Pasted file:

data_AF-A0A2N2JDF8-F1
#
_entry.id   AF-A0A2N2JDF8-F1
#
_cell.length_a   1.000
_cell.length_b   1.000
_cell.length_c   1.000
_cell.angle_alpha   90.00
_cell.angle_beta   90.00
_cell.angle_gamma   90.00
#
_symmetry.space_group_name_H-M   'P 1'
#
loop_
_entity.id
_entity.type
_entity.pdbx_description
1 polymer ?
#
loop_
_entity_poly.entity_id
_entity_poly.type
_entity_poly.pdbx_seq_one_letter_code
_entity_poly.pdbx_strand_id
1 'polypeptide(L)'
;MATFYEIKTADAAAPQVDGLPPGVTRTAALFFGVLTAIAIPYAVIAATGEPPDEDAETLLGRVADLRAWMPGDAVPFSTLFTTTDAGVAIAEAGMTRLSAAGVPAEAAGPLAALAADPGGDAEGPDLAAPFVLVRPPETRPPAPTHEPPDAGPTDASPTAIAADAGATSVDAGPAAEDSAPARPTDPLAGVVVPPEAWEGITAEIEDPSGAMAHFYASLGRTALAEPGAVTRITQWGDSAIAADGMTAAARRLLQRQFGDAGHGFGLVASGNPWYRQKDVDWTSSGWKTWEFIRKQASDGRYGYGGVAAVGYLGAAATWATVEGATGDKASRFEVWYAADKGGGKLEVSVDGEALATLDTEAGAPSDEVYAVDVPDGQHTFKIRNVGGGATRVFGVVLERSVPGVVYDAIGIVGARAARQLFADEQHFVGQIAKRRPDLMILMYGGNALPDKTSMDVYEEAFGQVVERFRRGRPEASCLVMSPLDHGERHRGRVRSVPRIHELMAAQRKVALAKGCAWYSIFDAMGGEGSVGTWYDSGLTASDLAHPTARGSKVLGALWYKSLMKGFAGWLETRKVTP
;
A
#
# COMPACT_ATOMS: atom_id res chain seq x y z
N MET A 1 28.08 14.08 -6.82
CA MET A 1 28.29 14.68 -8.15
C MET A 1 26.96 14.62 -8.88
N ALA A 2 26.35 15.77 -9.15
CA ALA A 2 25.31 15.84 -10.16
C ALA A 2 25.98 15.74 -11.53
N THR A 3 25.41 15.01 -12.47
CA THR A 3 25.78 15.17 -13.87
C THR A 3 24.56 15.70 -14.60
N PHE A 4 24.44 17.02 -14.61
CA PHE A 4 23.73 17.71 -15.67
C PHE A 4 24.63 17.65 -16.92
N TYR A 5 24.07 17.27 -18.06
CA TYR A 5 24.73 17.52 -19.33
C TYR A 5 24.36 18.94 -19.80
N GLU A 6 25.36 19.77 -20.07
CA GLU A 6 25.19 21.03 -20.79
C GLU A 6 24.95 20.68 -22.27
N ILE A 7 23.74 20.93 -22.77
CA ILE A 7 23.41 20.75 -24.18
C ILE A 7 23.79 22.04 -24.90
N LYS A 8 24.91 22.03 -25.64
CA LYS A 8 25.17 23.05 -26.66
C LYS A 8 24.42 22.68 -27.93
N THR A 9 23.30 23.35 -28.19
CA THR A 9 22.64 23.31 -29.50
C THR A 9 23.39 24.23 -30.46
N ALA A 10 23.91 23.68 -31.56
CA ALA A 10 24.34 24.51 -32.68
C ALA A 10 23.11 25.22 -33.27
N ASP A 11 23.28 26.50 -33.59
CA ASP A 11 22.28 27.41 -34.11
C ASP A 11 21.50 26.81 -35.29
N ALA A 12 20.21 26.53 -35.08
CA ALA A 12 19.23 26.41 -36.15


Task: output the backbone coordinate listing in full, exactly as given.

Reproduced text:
data_AF-A0A2N2JDF8-F1
#
_entry.id   AF-A0A2N2JDF8-F1
#
_cell.length_a   1.000
_cell.length_b   1.000
_cell.length_c   1.000
_cell.angle_alpha   90.00
_cell.angle_beta   90.00
_cell.angle_gamma   90.00
#
_symmetry.space_group_name_H-M   'P 1'
#
loop_
_entity.id
_entity.type
_entity.pdbx_description
1 polymer ?
#
loop_
_entity_poly.entity_id
_entity_poly.type
_entity_poly.pdbx_seq_one_letter_code
_entity_poly.pdbx_strand_id
1 'polypeptide(L)'
;MATFYEIKTADAAAPQVDGLPPGVTRTAALFFGVLTAIAIPYAVIAATGEPPDEDAETLLGRVADLRAWMPGDAVPFSTLFTTTDAGVAIAEAGMTRLSAAGVPAEAAGPLAALAADPGGDAEGPDLAAPFVLVRPPETRPPAPTHEPPDAGPTDASPTAIAADAGATSVDAGPAAEDSAPARPTDPLAGVVVPPEAWEGITAEIEDPSGAMAHFYASLGRTALAEPGAVTRITQWGDSAIAADGMTAAARRLLQRQFGDAGHGFGLVASGNPWYRQKDVDWTSSGWKTWEFIRKQASDGRYGYGGVAAVGYLGAAATWATVEGATGDKASRFEVWYAADKGGGKLEVSVDGEALATLDTEAGAPSDEVYAVDVPDGQHTFKIRNVGGGATRVFGVVLERSVPGVVYDAIGIVGARAARQLFADEQHFVGQIAKRRPDLMILMYGGNALPDKTSMDVYEEAFGQVVERFRRGRPEASCLVMSPLDHGERHRGRVRSVPRIHELMAAQRKVALAKGCAWYSIFDAMGGEGSVGTWYDSGLTASDLAHPTARGSKVLGALWYKSLMKGFAGWLETRKVTP
;
A
#
# COMPACT_ATOMS: atom_id res chain seq x y z
N MET A 1 28.08 14.08 -6.82
CA MET A 1 28.29 14.68 -8.15
C MET A 1 26.96 14.62 -8.88
N ALA A 2 26.35 15.77 -9.15
CA ALA A 2 25.31 15.84 -10.16
C ALA A 2 25.98 15.74 -11.53
N THR A 3 25.41 15.01 -12.47
CA THR A 3 25.78 15.17 -13.87
C THR A 3 24.56 15.70 -14.60
N PHE A 4 24.44 17.02 -14.61
CA PHE A 4 23.73 17.71 -15.67
C PHE A 4 24.63 17.65 -16.92
N TYR A 5 24.07 17.27 -18.06
CA TYR A 5 24.73 17.52 -19.33
C TYR A 5 24.36 18.94 -19.80
N GLU A 6 25.36 19.77 -20.07
CA GLU A 6 25.19 21.03 -20.79
C GLU A 6 24.95 20.68 -22.27
N ILE A 7 23.74 20.93 -22.77
CA ILE A 7 23.41 20.75 -24.18
C ILE A 7 23.79 22.04 -24.90
N LYS A 8 24.91 22.03 -25.64
CA LYS A 8 25.17 23.05 -26.66
C LYS A 8 24.42 22.68 -27.93
N THR A 9 23.30 23.35 -28.19
CA THR A 9 22.64 23.31 -29.50
C THR A 9 23.39 24.23 -30.46
N ALA A 10 23.91 23.68 -31.56
CA ALA A 10 24.34 24.51 -32.68
C ALA A 10 23.11 25.22 -33.27
N ASP A 11 23.28 26.50 -33.59
CA ASP A 11 22.28 27.41 -34.11
C ASP A 11 21.50 26.81 -35.29
N ALA A 12 20.21 26.53 -35.08
CA ALA A 12 19.23 26.41 -36.15